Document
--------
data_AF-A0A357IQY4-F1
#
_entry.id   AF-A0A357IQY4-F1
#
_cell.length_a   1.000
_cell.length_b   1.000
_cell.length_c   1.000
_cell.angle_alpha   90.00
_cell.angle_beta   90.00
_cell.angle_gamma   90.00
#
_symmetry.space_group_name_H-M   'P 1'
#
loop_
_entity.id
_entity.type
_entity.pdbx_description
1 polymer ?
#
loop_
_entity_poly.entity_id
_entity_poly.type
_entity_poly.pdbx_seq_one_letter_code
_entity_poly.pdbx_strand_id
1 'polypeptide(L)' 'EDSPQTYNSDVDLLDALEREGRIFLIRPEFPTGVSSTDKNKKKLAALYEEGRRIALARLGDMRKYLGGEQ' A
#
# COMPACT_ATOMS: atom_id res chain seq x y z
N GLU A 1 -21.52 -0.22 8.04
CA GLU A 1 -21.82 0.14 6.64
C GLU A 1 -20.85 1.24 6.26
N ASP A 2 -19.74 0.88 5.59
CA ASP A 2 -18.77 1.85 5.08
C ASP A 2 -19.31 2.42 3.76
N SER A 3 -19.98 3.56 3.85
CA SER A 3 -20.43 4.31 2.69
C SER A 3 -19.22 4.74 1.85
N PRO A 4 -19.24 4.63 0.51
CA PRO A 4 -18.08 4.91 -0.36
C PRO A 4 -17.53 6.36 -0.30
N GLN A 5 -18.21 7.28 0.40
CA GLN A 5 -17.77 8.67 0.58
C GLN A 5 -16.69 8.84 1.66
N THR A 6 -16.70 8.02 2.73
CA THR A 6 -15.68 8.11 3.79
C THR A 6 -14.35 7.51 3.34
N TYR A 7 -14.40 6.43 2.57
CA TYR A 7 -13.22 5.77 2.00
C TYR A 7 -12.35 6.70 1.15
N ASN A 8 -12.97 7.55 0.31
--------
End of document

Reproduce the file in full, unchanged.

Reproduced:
data_AF-A0A357IQY4-F1
#
_entry.id   AF-A0A357IQY4-F1
#
_cell.length_a   1.000
_cell.length_b   1.000
_cell.length_c   1.000
_cell.angle_alpha   90.00
_cell.angle_beta   90.00
_cell.angle_gamma   90.00
#
_symmetry.space_group_name_H-M   'P 1'
#
loop_
_entity.id
_entity.type
_entity.pdbx_description
1 polymer ?
#
loop_
_entity_poly.entity_id
_entity_poly.type
_entity_poly.pdbx_seq_one_letter_code
_entity_poly.pdbx_strand_id
1 'polypeptide(L)' 'EDSPQTYNSDVDLLDALEREGRIFLIRPEFPTGVSSTDKNKKKLAALYEEGRRIALARLGDMRKYLGGEQ' A
#
# COMPACT_ATOMS: atom_id res chain seq x y z
N GLU A 1 -21.52 -0.22 8.04
CA GLU A 1 -21.82 0.14 6.64
C GLU A 1 -20.85 1.24 6.26
N ASP A 2 -19.74 0.88 5.59
CA ASP A 2 -18.77 1.85 5.08
C ASP A 2 -19.31 2.42 3.76
N SER A 3 -19.98 3.56 3.85
CA SER A 3 -20.43 4.31 2.69
C SER A 3 -19.22 4.74 1.85
N PRO A 4 -19.24 4.63 0.51
CA PRO A 4 -18.08 4.91 -0.36
C PRO A 4 -17.53 6.36 -0.30
N GLN A 5 -18.21 7.28 0.40
CA GLN A 5 -17.77 8.67 0.58
C GLN A 5 -16.69 8.84 1.66
N THR A 6 -16.70 8.02 2.73
CA THR A 6 -15.68 8.11 3.79
C THR A 6 -14.35 7.51 3.34
N TYR A 7 -14.40 6.43 2.57
CA TYR A 7 -13.22 5.77 2.00
C TYR A 7 -12.35 6.70 1.15
N ASN A 8 -12.97 7.55 0.31